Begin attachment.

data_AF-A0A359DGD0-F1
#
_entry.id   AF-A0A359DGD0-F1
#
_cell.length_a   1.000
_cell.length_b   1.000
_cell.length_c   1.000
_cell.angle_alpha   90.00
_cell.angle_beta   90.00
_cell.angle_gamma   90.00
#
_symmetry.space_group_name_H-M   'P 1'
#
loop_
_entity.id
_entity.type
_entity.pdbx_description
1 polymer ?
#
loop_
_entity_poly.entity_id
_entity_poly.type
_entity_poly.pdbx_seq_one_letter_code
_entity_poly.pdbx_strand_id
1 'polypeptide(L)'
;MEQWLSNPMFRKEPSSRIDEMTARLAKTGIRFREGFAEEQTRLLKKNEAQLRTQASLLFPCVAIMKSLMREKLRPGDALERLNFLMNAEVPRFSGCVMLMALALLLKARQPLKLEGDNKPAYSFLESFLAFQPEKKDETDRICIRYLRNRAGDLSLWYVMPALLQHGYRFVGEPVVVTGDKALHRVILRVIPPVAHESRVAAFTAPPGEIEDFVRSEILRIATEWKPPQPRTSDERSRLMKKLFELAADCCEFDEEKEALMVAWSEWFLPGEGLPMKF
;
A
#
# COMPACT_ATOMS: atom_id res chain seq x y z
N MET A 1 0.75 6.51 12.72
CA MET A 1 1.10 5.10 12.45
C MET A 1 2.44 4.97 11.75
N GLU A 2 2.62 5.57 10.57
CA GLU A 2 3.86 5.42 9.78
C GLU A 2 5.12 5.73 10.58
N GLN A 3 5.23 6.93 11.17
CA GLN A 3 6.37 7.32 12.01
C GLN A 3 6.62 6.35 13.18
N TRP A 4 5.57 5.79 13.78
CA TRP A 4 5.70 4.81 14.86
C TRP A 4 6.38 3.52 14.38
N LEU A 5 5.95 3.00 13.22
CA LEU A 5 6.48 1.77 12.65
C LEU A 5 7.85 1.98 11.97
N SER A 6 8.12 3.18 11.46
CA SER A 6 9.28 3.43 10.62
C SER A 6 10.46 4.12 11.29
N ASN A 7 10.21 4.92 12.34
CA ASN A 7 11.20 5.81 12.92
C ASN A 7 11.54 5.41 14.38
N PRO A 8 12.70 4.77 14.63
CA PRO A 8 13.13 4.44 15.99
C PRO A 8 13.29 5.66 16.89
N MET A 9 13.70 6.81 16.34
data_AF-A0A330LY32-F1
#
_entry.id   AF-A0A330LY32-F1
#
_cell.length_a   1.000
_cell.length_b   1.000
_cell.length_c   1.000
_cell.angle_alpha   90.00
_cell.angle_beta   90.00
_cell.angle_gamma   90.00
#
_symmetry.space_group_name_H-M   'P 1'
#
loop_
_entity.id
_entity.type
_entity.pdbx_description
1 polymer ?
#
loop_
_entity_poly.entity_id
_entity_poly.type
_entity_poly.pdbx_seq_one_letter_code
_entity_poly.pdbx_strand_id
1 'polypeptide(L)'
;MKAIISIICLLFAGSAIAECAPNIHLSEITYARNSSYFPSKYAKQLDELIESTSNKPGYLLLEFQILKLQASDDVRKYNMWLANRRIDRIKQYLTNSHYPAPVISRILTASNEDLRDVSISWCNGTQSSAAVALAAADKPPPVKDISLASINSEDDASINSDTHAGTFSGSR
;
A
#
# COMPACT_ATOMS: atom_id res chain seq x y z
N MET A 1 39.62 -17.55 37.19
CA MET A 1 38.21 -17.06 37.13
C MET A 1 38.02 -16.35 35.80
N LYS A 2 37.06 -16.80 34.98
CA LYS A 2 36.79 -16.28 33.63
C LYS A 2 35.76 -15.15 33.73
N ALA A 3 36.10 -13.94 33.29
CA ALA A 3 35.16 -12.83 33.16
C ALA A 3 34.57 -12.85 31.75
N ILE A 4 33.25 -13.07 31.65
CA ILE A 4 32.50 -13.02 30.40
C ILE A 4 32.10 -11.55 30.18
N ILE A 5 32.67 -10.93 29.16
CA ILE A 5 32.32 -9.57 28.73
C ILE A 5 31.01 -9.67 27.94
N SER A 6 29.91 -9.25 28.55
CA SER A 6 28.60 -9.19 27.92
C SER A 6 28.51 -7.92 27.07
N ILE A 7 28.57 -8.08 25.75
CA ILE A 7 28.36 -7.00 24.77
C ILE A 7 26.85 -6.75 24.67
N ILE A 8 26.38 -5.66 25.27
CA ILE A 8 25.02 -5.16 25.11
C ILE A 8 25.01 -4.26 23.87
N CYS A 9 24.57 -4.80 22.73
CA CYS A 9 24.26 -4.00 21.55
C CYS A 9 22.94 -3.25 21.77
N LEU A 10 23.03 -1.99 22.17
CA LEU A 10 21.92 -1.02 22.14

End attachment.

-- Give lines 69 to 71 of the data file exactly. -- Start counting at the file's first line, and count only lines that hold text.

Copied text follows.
loop_
_entity.id
_entity.type